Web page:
Sven Hassel: True or false

01:00 Fri 29th Mar 2002 |

Q. Well

A. That's a tough one. It really depends on which of the two versions of his life - both of which stretch credibility - you believe.

Version one - that most appropriate to the books - runs: Sven escapes unemployment in Denmark before the war, emigrates to Germany (because it's not as far as England), joins the German army, deserts, gets caught, ends up in terrifying SS-penal battalion on the Russian Front (and France, Poland, Italy, the Balkans and every other theatre of the war) and survives to write a mighty tribute to his fallen comrades. Massive literary success follows. The first novel published under the name of Sven Hassel was The Legion Of The Damned in 1957, which lays the basis for much of the above. It is a shocking but quite human story and many believe this book to be at least based in fact, even if the rest of his oeuvre may be little more than a cash-in.

Version two has been put about by a Danish journalist named Erik Haaest, who seems to have a visceral dislike of our man. According to Haaest Hassel spent the war at home in occupied Denmark, indulging in a penchant for dressing in Gestapo uniforms and pretending to be Himmler and other high-ranking Nazis. He also stole bicycles from the citizens of Copenhagen and donated them to the grateful Nazis. He spent a couple of years in prison after the war and met loads of Danish SS veterans (it is well known that the Germans accepted large numbers of recruits from practically every country in Europe, and there were even Irish and British SS units) from whom he picked up very detailed accounts of the war in Russia. He then got a ghost writer to pen Legion of the Damned and, when that took off, got his wife to write the rest of the books when she wasn't busy running her porn business.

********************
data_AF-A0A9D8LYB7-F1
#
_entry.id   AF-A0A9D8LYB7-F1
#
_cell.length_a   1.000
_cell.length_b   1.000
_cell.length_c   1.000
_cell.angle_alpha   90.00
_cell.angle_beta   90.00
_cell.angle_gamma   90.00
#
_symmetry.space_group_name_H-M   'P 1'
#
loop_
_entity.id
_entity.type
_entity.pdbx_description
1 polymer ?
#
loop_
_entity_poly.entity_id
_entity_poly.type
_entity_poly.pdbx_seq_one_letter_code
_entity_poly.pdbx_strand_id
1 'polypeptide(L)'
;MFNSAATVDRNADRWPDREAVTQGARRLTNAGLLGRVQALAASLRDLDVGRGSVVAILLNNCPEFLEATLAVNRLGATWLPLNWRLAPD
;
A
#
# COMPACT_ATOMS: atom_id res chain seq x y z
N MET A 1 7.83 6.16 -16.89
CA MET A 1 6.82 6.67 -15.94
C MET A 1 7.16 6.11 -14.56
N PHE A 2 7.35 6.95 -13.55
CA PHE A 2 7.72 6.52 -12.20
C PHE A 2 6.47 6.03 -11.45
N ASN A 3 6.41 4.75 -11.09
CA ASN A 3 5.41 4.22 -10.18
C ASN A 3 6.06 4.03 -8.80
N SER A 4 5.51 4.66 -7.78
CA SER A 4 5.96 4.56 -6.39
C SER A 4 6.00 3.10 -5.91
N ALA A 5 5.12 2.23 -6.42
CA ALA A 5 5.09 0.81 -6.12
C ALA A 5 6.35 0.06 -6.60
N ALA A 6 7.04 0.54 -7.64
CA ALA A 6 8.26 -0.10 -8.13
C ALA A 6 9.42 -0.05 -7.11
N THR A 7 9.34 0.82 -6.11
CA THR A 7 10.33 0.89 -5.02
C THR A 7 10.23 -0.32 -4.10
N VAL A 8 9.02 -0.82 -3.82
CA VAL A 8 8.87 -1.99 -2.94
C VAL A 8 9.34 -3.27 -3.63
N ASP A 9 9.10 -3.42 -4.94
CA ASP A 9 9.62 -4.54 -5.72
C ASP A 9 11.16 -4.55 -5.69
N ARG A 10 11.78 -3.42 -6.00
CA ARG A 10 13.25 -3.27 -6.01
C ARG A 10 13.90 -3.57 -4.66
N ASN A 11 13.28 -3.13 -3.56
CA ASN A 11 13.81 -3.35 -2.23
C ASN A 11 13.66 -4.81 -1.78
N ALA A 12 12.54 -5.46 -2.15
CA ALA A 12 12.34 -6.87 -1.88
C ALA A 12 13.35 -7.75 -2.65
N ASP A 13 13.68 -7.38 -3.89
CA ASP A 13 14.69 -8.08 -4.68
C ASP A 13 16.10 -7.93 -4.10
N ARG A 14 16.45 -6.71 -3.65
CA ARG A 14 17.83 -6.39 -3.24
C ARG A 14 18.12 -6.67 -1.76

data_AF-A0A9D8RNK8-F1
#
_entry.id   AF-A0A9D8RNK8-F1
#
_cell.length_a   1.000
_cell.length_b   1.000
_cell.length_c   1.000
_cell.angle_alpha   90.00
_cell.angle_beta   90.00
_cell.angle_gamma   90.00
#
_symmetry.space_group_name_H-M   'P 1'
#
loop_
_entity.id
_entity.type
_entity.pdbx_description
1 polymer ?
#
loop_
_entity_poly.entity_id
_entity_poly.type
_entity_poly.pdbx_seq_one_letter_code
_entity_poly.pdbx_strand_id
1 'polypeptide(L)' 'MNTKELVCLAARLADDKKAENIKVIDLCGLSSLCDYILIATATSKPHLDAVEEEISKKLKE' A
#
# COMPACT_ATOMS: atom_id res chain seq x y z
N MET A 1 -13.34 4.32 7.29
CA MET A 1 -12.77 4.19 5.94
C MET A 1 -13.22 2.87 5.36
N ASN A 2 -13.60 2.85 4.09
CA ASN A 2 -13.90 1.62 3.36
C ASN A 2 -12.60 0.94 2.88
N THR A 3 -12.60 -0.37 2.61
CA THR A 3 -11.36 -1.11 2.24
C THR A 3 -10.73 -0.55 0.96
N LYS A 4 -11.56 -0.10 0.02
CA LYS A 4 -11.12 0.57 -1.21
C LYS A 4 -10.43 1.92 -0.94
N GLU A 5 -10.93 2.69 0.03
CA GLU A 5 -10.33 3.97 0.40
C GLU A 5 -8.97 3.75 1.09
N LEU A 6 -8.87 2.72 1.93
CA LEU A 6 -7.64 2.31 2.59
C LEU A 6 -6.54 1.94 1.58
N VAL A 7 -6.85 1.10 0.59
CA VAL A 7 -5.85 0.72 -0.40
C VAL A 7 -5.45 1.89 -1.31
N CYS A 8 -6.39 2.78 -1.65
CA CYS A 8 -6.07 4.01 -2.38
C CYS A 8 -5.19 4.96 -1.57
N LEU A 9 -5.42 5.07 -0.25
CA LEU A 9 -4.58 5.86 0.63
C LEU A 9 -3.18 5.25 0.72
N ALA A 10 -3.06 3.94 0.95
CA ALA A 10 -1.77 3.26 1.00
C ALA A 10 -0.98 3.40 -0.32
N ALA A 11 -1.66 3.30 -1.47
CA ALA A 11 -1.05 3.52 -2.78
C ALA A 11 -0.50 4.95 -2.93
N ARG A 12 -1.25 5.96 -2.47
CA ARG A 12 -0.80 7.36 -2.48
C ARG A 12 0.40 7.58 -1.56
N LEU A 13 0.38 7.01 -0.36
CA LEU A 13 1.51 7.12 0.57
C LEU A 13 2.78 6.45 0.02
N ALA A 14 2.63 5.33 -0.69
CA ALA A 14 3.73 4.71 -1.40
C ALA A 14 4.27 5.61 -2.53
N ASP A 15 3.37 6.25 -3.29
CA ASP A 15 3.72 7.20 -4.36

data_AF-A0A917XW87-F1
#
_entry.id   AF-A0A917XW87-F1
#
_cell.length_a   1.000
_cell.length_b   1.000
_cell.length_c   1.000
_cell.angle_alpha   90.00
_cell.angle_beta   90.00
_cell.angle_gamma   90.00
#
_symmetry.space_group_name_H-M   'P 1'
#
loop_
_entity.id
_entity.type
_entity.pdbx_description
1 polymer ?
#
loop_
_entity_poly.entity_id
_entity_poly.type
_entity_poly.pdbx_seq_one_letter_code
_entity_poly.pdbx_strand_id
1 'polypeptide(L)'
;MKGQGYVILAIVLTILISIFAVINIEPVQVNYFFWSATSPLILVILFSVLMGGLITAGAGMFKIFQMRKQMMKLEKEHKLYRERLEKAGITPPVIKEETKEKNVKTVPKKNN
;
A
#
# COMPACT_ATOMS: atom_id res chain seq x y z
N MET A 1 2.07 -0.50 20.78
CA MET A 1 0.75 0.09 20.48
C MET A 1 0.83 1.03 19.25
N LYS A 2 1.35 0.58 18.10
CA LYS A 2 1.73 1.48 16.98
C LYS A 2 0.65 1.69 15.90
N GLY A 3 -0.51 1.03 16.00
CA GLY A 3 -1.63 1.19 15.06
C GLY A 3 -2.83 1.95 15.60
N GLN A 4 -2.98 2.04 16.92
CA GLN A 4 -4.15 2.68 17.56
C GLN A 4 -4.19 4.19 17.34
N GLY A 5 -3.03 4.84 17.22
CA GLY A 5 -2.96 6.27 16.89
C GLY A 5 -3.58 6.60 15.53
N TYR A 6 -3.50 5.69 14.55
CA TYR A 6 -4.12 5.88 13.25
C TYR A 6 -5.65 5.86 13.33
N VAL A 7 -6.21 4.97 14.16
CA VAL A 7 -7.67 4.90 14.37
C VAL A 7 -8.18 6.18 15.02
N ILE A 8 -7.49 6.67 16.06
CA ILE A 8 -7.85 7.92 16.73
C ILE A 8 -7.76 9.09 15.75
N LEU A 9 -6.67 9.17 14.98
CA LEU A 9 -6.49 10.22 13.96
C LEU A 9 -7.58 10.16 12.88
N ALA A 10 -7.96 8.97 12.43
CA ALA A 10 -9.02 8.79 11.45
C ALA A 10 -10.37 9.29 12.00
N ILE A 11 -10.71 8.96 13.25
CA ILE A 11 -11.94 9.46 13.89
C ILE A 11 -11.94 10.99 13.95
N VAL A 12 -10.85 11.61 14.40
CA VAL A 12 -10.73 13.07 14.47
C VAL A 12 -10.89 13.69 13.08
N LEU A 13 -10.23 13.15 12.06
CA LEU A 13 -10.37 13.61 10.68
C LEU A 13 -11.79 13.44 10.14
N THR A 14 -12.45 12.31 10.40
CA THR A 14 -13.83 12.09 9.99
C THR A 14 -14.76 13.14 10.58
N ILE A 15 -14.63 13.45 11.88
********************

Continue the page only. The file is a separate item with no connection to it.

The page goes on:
Fact is, trying to find out the truth about Sven Hassel really is impossible.

A. Is he still alive

A. He is and living in Barcelona. The story goes that he's working on a new book, though that has been the case for some years by all accounts.

Q. And what about 'The book no German publisher dared to print'

A. You're old enough to remember that That was the puff on the cover of the English-language edition of Wheels of Terror. And it's true, literally, though it was published in German by an Austrian publisher under the title Die Galgen-Vogel (The Gallows Birds). Incidentally it was originally published in the UK as Paladin and Panzer, Wheels of Terror being the US version, so if you have a copy of Paladin you could make yourself a few quid as it's pretty rare.

Q. Are his books still in print

A. Not in English, but they turn up all over the place in carboots and second-hand shops. Sven now apparently has the rights back to all his books (and is looking for English-language publishers) as well as the much-derided 1988 film of Wheels of Terror (aka The Misfit Brigade) directed by Gordon Hessler and starring Bruce Davison, David Patrick Kelly, D.W. Moffett, Jay O. Sanders and Slavko Stimac as Sven. Heard of any of them No Oliver Reed, oh yes, turned up as 'The General' - possibly not one of his greatest cinematographic moments.

Q. But surely it's all comic-book nonsense

A. In the 1960s and 70s it was taken pretty seriously by many - and not just in the playground. The books sold in their millions in loads of languages (interestingly, a number of the English-language editions were translated from French rather than the Danish original) and garnered such glowing accolades as: 'Sven Hassel has proved to be the classic war-book author of the Second World War.' (Tribune Libre, France); 'He is the Danish Hemingway.' (Diario de Barcelona, Spain); 'In an almost magic way Sven Hassel unites the powerful style of Ernest Hemingway with Remarque's unique way of writing. The unknown soldier of the Second World War has got his monument.' (Morgenvisen, Norway).

Truth is, though many of the covers look like out-takes from war comics (though some earlier ones, particularly the Corgi edition of Liquidate Paris, are great), they books themselves aren't half as bad as you'd imagine, and many of the stories are entertaining, funny and have a genuinely idiosyncratic slant on the lot of cannon-fodder. Some of the characters, notably Porta and Tiny (aka Little John), are particularly memorable.

But Hemingway No.

Q. And that list of titles in full

A. The Legion of the Damned, Wheels of Terror, Comrades of War, Assignment Gestapo, Monte Casino (aka The Beast Regiment), Liquidate Paris, March Battalion, SS-General, Reign of Hell, Blitzfreeze, The Bloody Road to Death, Court Martial, OGPU Prison, The Commissar

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By Simon Smith

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